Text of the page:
Bereavement can be a distressing and devastating experience. Whilst bereavement is a very personal event, the majority of people go through a range of normal reactions and emotions when they lose somebody close to them. There is no right or wrong way to feel.
It is generally accepted that there are four stages of bereavement. These are:-
- accepting that the loss is real
- experiencing the pain of grief
- adjusting to life without the person who has died
- moving on.
The vast majority of people will go through some, or all of these stages, however the transition from one stage to the next is not always smooth. Sometimes, people may feel that they are not in control of their grief, but with time, these feelings will pass. Understanding that grief is a normal process, and learning strategies to cope with grief can help.
For further information on the various stages of bereavement, see the NHS choices website.
The signs of grief
Bereaved people are likely to experience some/all of the feelings, physical sensations, thoughts and behaviour patterns set out below. These symptoms are not limited to the recently bereaved, for some it may take many years to overcome the feeling of grief.
People may experience any/all of the following emotions:-
- emotionally numb/empty
- sad and tearful
- overwhelmed and helpless
Along with the emotions, grief can often manifest itself in a range of physical symptoms. These include:-
- loss of appetite
- lack of energy
- poor concentration
- disrupted sleep/insomnia.
People are often troubled by thoughts that simply will not go away. These include:-
- wishing that the person who had died was back
- if only we had had a little more time
- what am I going to do/how will I cope
- missing and thinking of the person constantly.
There are certain types of behaviour that are synonymous with grief. These include:-
- withdrawing from social contact
- not talking about the loss
- talking about the loss for a long time after
- avoidance of anything relating to the loss
- an increasing dependence on alcohol and or drugs.
Dealing with grief
Whilst life can never be the same again after a bereavement, over time the grief and pain will lessen. In the meantime, it is best to seek help whilst you learn to adapt.
Managing bereavement at work
For many, there is the temptation to throw themselves back into work, in an effort to forget everything else. However, wherever possible, it is a good idea to give yourself time to recover before returning to work. For more information about taking time off work, see the government website.
Most companies have a bereavement policy, that will allow employees to take time off for bereavement leave. ACAS have published a good practice guide for managing bereavement in the workplace, however, these are only guidelines, and many employees go back to work before they are ready.
If you need time off work owing to a bereavement and are struggling to get it, we can refer you to our specialist employment adviser at the Citizens Advice Bureau for further information and advice.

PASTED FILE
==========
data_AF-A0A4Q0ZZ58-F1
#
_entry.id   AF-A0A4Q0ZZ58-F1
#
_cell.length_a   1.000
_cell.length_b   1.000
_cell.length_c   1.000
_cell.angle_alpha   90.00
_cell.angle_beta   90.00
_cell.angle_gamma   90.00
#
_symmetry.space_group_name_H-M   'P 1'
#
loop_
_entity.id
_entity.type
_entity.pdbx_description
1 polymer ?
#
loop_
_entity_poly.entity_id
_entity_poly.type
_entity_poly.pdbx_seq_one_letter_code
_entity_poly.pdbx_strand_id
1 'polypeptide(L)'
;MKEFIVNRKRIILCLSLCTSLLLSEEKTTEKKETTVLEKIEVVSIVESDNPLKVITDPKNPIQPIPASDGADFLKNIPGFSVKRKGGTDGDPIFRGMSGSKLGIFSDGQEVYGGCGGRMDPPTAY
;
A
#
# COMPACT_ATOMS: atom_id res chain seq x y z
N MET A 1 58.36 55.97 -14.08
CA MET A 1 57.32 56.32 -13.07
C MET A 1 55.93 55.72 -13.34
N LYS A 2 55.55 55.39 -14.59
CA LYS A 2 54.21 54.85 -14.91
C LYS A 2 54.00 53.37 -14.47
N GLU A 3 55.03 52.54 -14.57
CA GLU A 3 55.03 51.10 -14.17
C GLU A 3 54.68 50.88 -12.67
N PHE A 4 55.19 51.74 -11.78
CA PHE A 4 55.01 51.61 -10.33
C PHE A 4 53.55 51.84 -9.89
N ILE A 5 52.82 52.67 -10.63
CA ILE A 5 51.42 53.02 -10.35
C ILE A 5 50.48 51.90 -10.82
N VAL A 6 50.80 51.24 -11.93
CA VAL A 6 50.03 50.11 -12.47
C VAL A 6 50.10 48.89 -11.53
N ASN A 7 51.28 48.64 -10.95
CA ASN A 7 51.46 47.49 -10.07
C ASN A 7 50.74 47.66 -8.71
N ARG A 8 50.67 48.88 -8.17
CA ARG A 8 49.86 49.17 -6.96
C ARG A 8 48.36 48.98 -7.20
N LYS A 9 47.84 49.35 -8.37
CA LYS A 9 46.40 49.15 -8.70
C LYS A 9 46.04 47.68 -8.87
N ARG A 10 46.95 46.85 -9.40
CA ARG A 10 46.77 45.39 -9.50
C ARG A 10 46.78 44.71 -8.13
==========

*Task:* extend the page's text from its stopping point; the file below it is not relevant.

Sharing your grief
Many people find it comforting to share their feelings. According to CRUSE, the UK organisation offering support to bereaved people, one of the most helpful things is to talk about the person who has died and your relationship with them. This can often be with close friends and family, but this is not always possible as often they may be grieving as well. Many people need additional support in order to move on. Others who can help include a faith/spiritual adviser, your GP or a support organisation.
For a full list of support organisations, please see below under Other useful information.
Pharmacist Support – Listening Friends
Pharmacist Support’s Listening Friends service offers a confidential listening ear. You can contact our Listening Friends Helpline on 0808 168 5133, or you could contact our enquiry line on 0808 168 2233.
Dependency issues following a bereavement
Many factors can cause people to turn to ‘crutches’ such as alcohol and drugs following the loss of a loved one. This is more likely when a death has been unexpected and where there is a lack of cohesive social support in place.
For some, the numbing effect of alcohol can provide relief from thinking about or facing up to problems relating to loss. Equally, for some, it can be viewed as an aid to sleep. However, rather than aiding sleep, people are more likely to wake up during the night as their body processes the alcohol they have consumed.
For some, drugs can be see as a distraction, again often used to avoid problems relating to loss. However, using such substances can be very damaging and can lead to a habit of regular or increased use of substance misuse.
Pharmacist Support Health Support Programme
The Health Support Programme exists to support those with dependency issues. This service provides access to a fully qualified addiction specialist with many years of experience in the field, and all calls to the helpline are entirely confidential. If you have a dependency issue, you can contact the Health Support Programme direct for advice.
Call Health Support direct on 0808 168 5132, or for further details, visit our website.
Fitness to practise following bereavement
Pharmacists may find that their fitness to practise can be affecting following a bereavement. It is important to try to differentiate between normal grief, and something more serious such as depression. It can be very difficult to distinguish between grief and depression, as many of the symptoms are similar. According to the NHS choices website, whilst people who are grieving may feel loss and sadness, they are still able to enjoy things and look forward to the future. By comparison, people who are suffering from depression have a constant feeling of sadness and find it hard to be positive about the future.
For further information about the differences between grief and depression, see the NHS choices website.